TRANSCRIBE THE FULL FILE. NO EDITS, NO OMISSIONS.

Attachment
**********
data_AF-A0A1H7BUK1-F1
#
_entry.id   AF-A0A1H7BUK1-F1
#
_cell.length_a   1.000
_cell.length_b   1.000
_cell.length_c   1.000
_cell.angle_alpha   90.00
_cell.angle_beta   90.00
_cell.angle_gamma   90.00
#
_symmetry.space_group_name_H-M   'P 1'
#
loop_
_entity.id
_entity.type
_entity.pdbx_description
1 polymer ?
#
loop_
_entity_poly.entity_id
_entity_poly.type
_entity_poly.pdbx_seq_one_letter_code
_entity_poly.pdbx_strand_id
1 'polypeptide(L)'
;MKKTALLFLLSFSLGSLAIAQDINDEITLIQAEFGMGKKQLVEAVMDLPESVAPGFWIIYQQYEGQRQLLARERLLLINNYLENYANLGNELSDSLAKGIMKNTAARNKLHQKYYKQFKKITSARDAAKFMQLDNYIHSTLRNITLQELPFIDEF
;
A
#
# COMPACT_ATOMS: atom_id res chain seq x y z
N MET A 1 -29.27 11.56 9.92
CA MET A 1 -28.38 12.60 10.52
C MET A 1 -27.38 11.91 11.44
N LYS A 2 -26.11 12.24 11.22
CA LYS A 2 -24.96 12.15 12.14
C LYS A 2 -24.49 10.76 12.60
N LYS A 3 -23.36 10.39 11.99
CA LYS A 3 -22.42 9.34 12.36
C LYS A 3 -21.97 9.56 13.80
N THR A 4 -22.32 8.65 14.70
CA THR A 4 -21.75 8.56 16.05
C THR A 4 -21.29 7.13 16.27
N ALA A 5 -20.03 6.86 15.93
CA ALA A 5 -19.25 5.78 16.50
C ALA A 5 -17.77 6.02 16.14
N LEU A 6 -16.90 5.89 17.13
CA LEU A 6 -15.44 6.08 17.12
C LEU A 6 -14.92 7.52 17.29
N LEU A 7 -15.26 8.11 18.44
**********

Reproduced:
data_AF-A0A1H7BUK1-F1
#
_entry.id   AF-A0A1H7BUK1-F1
#
_cell.length_a   1.000
_cell.length_b   1.000
_cell.length_c   1.000
_cell.angle_alpha   90.00
_cell.angle_beta   90.00
_cell.angle_gamma   90.00
#
_symmetry.space_group_name_H-M   'P 1'
#
loop_
_entity.id
_entity.type
_entity.pdbx_description
1 polymer ?
#
loop_
_entity_poly.entity_id
_entity_poly.type
_entity_poly.pdbx_seq_one_letter_code
_entity_poly.pdbx_strand_id
1 'polypeptide(L)'
;MKKTALLFLLSFSLGSLAIAQDINDEITLIQAEFGMGKKQLVEAVMDLPESVAPGFWIIYQQYEGQRQLLARERLLLINNYLENYANLGNELSDSLAKGIMKNTAARNKLHQKYYKQFKKITSARDAAKFMQLDNYIHSTLRNITLQELPFIDEF
;
A
#
# COMPACT_ATOMS: atom_id res chain seq x y z
N MET A 1 -29.27 11.56 9.92
CA MET A 1 -28.38 12.60 10.52
C MET A 1 -27.38 11.91 11.44
N LYS A 2 -26.11 12.24 11.22
CA LYS A 2 -24.96 12.15 12.14
C LYS A 2 -24.49 10.76 12.60
N LYS A 3 -23.36 10.39 11.99
CA LYS A 3 -22.42 9.34 12.36
C LYS A 3 -21.97 9.56 13.80
N THR A 4 -22.32 8.65 14.70
CA THR A 4 -21.75 8.56 16.05
C THR A 4 -21.29 7.13 16.27
N ALA A 5 -20.03 6.86 15.93
CA ALA A 5 -19.25 5.78 16.50
C ALA A 5 -17.77 6.02 16.14
N LEU A 6 -16.90 5.89 17.13
CA LEU A 6 -15.44 6.08 17.12
C LEU A 6 -14.92 7.52 17.29
N LEU A 7 -15.26 8.11 18.44